Here are some more of the photos I shot when I was visiting the ancient monasteries out on the isolated islands of Lake Tana. This first shot is the typical tourist shot, I know. The murals and tapestries here date back to about the 16th century, although there are earlier paintings and artwork. Yeah, I [...] [...more]
Here are some more of the photos I shot when I was visiting the ancient monasteries out on the isolated islands of Lake Tana.
This first shot is the typical tourist shot, I know. The murals and tapestries here date back to about the 16th century, although there are earlier paintings and artwork.
Yeah, I know I kinda look like Long John Silver here, being stared at by all the little angels painted on the walls. The Ethiopian Orthodox churches do not allow you to sit, so the congregation has to lean on these sort-of crutches.
The artwork here shows the influence of all the cultures that have touched Ethiopia over the centuries.
Scattered throughout the vast Bahir Dar Lake are seven sacred islands, each home to an ancient monastery, where monks still live in seclusion and contemplation The lake is the source of the Blue Nile (more pictures on that in a bit), and just getting to the islands required a long boat trip through very rough [...] [...more]
Scattered throughout the vast Bahir Dar Lake are seven sacred islands, each home to an ancient monastery, where monks still live in seclusion and contemplation
The foundation to this building is ancient; the superstructure was built after it was burned/destroyed. The top part shows the influence of the Portuguese Jesuits of the 16th century, a particularly bloody period in the religious wars that have swept over Ethiopia with regularity. The cheerful guy in yellow to the right in the picture is the learned monk who cares for the priceless documents and treasures locked in the basement. There are also caves winding underneath this island; natural lava tubes that were used as retreats for the hermits - and are still used for that purpose today.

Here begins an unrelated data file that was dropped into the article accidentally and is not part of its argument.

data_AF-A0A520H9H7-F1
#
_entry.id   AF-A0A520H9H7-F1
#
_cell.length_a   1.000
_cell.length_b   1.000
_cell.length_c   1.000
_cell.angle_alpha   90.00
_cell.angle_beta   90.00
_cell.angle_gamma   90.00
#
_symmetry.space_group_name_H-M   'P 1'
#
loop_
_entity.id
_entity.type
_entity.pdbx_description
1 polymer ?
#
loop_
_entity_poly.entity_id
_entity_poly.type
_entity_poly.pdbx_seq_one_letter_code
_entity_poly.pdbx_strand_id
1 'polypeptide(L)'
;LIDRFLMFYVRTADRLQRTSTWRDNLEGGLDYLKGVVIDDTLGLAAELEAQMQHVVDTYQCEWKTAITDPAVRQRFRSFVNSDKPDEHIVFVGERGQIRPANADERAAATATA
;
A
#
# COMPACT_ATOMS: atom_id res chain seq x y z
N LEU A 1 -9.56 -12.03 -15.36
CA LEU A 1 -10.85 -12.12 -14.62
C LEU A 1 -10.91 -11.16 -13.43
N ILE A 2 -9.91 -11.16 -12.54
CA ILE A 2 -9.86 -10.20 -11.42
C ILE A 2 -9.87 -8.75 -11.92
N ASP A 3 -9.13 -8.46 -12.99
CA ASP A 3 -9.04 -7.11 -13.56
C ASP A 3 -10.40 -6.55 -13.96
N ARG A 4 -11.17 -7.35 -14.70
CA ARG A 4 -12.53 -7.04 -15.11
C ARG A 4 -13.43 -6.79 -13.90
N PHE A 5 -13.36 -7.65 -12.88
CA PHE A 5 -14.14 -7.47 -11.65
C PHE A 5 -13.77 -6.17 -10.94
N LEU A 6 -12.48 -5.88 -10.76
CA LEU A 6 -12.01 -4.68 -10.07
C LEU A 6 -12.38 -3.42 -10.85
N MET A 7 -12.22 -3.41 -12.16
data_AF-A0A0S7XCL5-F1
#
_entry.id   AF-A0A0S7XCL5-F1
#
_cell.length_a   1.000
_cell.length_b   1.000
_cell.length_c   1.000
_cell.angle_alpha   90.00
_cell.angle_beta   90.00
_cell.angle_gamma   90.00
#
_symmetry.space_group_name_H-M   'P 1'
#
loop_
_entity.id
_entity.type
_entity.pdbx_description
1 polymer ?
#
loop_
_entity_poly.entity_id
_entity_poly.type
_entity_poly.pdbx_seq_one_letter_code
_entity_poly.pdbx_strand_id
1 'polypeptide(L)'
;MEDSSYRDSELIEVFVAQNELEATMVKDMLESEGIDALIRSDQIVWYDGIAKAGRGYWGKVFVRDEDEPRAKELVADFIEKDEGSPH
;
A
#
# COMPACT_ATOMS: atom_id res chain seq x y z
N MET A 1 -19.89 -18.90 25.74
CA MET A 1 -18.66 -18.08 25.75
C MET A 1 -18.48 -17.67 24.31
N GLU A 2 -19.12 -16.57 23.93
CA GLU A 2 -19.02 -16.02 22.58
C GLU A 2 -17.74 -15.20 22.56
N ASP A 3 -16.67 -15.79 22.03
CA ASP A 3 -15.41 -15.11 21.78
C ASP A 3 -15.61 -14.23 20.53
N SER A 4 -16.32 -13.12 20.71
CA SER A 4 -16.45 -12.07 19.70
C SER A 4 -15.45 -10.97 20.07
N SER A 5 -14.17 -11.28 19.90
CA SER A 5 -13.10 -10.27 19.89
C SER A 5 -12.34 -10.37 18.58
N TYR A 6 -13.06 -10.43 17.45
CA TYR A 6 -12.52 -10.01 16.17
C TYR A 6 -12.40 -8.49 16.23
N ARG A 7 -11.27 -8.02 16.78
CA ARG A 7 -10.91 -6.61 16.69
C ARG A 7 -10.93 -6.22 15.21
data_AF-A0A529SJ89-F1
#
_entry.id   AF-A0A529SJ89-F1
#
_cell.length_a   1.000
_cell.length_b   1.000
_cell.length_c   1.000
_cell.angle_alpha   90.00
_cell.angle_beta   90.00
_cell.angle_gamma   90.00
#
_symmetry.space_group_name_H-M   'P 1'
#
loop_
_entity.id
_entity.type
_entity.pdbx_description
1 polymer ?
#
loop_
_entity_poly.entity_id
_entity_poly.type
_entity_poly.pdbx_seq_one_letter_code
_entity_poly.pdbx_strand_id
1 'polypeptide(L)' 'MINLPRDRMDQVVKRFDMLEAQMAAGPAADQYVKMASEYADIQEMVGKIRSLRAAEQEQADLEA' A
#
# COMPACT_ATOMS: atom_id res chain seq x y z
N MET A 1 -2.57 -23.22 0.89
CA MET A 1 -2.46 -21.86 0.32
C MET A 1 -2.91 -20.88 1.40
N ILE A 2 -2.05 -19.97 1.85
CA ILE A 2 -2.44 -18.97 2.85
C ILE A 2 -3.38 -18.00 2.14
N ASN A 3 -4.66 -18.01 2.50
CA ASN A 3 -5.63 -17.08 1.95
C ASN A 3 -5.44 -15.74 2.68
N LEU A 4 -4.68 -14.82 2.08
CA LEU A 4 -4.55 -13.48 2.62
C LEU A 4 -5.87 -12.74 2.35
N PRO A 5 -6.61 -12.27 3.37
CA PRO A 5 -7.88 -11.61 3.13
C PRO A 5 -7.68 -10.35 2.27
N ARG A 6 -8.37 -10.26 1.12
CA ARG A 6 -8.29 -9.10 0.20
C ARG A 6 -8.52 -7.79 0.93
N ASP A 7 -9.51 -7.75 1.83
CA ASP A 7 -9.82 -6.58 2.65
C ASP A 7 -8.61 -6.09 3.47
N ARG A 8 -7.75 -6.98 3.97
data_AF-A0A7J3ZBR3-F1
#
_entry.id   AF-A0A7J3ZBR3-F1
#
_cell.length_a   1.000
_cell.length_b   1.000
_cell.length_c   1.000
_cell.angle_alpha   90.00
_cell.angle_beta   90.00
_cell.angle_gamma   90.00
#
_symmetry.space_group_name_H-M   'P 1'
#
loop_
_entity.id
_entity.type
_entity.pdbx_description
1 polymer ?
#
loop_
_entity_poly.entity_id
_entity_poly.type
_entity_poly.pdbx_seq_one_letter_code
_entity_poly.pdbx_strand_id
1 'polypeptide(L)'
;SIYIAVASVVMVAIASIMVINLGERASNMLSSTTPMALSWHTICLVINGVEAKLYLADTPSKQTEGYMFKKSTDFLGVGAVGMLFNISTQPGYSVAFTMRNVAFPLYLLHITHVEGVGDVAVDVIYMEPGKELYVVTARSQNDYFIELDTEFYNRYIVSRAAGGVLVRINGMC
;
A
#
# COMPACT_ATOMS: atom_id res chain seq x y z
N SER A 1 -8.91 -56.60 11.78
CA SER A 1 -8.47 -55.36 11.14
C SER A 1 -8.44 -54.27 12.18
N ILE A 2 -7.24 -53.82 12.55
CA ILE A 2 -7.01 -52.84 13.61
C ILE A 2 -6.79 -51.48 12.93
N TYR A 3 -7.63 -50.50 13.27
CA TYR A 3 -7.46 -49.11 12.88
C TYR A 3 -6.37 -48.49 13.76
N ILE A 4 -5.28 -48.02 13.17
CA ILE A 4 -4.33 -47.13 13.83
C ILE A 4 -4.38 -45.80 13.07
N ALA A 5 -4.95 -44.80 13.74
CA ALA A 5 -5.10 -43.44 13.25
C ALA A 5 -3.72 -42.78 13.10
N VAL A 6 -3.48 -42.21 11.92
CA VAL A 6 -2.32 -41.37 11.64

The lake is the source of the Blue Nile (more pictures on that in a bit), and just getting to the islands required a long boat trip through very rough waters. The bow kept getting swamped, and I was soaked to the bone by the time we made landfall. Apparently, the winds kick up in the afternoon, which is why there are so few (as in none) that will go out on tourism missions at that time. However, I had spent an extremely frustrating morning wrestling with the laissez-faire attitudes at Ethiopian Airlines (where the offices are rarely open to the public, apparently), so I wasn’t entirely in control of when I went.
Anyway, at the periphery of the island is a weathered stone dock. There used to be big tires as bumpers, but the local kids have swiped these and use them as toys.
To get to the sacred places, it’s a half-hour hike, all up steep and winding paths, paved with jagged volcanic rocks, through dense undergrowth that is dotted with ancient coffee bushes.
I met this boy on the path. He said that he makes the trip three times a day lugging this 5-gallon jerrycan to get water from the lake. Where I had to carefully pick my way, even wearing thick-soled shoes, he was as nimble as a mountain goat. I will post a video of our conversation in a bit.
More about those later.
The islands are inhabited by people who scratch out a living from the combination of fishing and selling souvenirs to the rare tourists who show up here. I was impressed by the fact that the first few stalls that we passed by were empty – but by the time we made our way to the top of the hills, the locals had rushed down and arranged rows of their little treasures and were desperate to sell to the lone ferengi (foreigner) who had stumbled across their little island on a Thursday afternoon.
The first monastery I went to was built in a circular shape; it symbolizes the nature of eternity. That everything goes in a circle, unbroken, with no beginning and no end.